Homicide is a broad term that means the killing of a human being by another human, though the exact definition and divisions differ in different jurisdictions. In the United States, homicide may be of two categories: criminal or non-criminal. There are six types of homicide that fit these two categories. A non-criminal homicide may be a justifiable homicide, such as killing in self-defense, or excusable homicide, such as an accident. Criminal homicide may be either murder in the first or second degree, voluntary manslaughter, or involuntary manslaughter, and involuntary manslaughter may be due to recklessness, on the one hand, or something termed criminal negligence or negligent homicide, on the other hand.
By way of contrast, the Finnish Penal Code Chapter 21 distinguishes six different types of homicide. They are: manslaughter, murder, killing, infanticide, negligent homicide, and grossly negligent homicide. Abortion is listed in Chapter 22.
While to act “recklessly” in the United States means to consciously disregard concerns and take a risk that is substantial and unjustified, to act “negligently” only means that one fails to use “reasonable care”; that is, negligence is a lesser offense than recklessness. In neither the case of recklessness or the case of negligence does one find the malice or premeditation that characterizes murder.
Negligence can be active or passive and criminal or not. Passive negligence generally means failure to act or failure to follow a law that is imposed on all. Active negligence, by contrast, involves an act or failure to follow a law or perform a duty that is particular to the person or which she or he agreed to. A person who is negligent according to civil law may not meet the standard of criminal law, because a greater degree of culpability is required. Unlike ordinary negligence, criminal negligence must involve extraordinarily different behavior than a normal person would engage in.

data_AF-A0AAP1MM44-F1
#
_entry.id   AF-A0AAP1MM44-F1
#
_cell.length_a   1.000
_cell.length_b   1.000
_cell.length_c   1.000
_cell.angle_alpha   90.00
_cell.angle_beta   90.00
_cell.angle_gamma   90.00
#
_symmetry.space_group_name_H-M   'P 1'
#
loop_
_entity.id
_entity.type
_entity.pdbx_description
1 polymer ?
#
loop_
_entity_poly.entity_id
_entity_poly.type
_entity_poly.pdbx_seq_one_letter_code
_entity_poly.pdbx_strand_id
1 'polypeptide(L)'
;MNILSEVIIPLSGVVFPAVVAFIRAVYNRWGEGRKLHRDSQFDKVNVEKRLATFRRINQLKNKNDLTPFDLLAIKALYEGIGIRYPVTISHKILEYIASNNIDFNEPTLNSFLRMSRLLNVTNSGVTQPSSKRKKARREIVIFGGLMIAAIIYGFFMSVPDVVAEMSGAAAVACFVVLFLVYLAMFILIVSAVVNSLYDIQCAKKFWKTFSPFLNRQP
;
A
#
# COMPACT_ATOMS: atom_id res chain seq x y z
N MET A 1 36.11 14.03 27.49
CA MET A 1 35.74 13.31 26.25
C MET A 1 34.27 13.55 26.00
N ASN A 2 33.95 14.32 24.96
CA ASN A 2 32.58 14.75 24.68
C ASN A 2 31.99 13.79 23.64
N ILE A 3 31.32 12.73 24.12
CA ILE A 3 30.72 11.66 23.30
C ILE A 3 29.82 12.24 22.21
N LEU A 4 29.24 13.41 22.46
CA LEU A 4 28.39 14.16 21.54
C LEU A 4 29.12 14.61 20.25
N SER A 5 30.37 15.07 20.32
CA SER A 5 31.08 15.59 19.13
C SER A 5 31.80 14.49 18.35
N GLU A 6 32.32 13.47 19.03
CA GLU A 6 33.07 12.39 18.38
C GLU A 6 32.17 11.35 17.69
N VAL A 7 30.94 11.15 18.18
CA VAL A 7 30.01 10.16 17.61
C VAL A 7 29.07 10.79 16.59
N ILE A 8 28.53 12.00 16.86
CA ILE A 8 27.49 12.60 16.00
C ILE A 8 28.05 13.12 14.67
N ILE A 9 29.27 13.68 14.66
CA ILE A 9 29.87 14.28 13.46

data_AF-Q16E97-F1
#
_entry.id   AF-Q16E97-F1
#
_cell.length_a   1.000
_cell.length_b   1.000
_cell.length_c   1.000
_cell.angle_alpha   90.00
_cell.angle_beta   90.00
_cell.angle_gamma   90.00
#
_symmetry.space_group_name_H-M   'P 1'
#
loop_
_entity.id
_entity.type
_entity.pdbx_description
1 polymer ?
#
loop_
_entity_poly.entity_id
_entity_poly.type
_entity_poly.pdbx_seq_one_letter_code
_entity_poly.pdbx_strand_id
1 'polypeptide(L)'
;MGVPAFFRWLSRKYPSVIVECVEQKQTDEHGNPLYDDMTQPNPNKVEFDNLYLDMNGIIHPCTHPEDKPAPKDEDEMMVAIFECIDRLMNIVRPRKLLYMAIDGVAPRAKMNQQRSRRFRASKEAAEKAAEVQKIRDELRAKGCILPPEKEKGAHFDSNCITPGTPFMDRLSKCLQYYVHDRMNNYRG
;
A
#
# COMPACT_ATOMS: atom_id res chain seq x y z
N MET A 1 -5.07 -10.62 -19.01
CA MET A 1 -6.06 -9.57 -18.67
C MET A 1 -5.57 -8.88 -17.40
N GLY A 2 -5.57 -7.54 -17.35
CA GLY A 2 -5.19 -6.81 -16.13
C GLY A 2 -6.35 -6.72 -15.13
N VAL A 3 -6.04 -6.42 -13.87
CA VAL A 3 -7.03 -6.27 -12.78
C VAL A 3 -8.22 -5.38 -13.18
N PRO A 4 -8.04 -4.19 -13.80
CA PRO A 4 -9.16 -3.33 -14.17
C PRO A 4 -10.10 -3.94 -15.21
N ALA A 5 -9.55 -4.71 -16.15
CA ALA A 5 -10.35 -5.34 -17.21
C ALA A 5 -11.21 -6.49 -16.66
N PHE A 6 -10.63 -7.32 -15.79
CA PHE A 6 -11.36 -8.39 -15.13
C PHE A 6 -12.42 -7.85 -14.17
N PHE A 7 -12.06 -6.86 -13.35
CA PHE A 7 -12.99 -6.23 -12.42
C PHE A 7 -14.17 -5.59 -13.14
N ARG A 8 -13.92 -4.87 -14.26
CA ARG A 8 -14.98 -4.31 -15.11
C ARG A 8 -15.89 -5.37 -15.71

Negligent homicide may involve unintentional killing that results from criminal negligence while performing a lawful act, often involving a motor vehicle, which may be an automobile or truck, a snowmobile, or a boat. It may also include killing that results when a misdemeanor or lesser felony is involved. State laws differ, and — for example — may treat the case of alcohol involvement in a motor vehicle related killing, as in New Hampshire, or not, as in Montana. Negligent homicide also covers cases of death resulting from gross negligence in the practice of medicine or surgery.